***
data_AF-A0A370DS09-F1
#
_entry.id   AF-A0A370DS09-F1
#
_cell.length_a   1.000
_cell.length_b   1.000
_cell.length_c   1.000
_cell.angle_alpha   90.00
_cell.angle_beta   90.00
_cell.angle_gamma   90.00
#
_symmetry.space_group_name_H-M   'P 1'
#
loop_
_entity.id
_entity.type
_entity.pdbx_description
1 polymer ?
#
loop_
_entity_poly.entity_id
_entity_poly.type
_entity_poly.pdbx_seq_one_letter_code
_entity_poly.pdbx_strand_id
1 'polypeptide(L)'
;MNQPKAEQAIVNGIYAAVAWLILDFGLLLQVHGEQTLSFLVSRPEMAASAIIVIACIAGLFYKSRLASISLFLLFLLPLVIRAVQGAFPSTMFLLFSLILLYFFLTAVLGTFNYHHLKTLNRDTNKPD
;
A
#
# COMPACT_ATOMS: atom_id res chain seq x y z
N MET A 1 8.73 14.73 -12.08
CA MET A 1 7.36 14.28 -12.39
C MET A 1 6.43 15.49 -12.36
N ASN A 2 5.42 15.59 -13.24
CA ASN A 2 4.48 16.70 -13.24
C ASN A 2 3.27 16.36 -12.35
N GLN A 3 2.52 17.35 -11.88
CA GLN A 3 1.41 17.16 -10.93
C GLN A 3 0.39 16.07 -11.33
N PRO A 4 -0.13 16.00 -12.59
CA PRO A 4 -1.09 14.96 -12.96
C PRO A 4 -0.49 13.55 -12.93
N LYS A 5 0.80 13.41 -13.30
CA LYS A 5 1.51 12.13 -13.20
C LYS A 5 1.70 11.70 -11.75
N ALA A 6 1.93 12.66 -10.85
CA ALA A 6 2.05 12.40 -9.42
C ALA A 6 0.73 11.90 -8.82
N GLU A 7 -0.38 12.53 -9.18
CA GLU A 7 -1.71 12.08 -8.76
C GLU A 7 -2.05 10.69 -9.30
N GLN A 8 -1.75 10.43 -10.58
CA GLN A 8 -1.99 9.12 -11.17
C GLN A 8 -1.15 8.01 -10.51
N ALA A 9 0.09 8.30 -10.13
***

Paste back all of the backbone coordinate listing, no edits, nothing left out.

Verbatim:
data_AF-A0A370DS09-F1
#
_entry.id   AF-A0A370DS09-F1
#
_cell.length_a   1.000
_cell.length_b   1.000
_cell.length_c   1.000
_cell.angle_alpha   90.00
_cell.angle_beta   90.00
_cell.angle_gamma   90.00
#
_symmetry.space_group_name_H-M   'P 1'
#
loop_
_entity.id
_entity.type
_entity.pdbx_description
1 polymer ?
#
loop_
_entity_poly.entity_id
_entity_poly.type
_entity_poly.pdbx_seq_one_letter_code
_entity_poly.pdbx_strand_id
1 'polypeptide(L)'
;MNQPKAEQAIVNGIYAAVAWLILDFGLLLQVHGEQTLSFLVSRPEMAASAIIVIACIAGLFYKSRLASISLFLLFLLPLVIRAVQGAFPSTMFLLFSLILLYFFLTAVLGTFNYHHLKTLNRDTNKPD
;
A
#
# COMPACT_ATOMS: atom_id res chain seq x y z
N MET A 1 8.73 14.73 -12.08
CA MET A 1 7.36 14.28 -12.39
C MET A 1 6.43 15.49 -12.36
N ASN A 2 5.42 15.59 -13.24
CA ASN A 2 4.48 16.70 -13.24
C ASN A 2 3.27 16.36 -12.35
N GLN A 3 2.52 17.35 -11.88
CA GLN A 3 1.41 17.16 -10.93
C GLN A 3 0.39 16.07 -11.33
N PRO A 4 -0.13 16.00 -12.59
CA PRO A 4 -1.09 14.96 -12.96
C PRO A 4 -0.49 13.55 -12.93
N LYS A 5 0.80 13.41 -13.30
CA LYS A 5 1.51 12.13 -13.20
C LYS A 5 1.70 11.70 -11.75
N ALA A 6 1.93 12.66 -10.85
CA ALA A 6 2.05 12.40 -9.42
C ALA A 6 0.73 11.90 -8.82
N GLU A 7 -0.38 12.53 -9.18
CA GLU A 7 -1.71 12.08 -8.76
C GLU A 7 -2.05 10.69 -9.30
N GLN A 8 -1.75 10.43 -10.58
CA GLN A 8 -1.99 9.12 -11.17
C GLN A 8 -1.15 8.01 -10.51
N ALA A 9 0.09 8.30 -10.13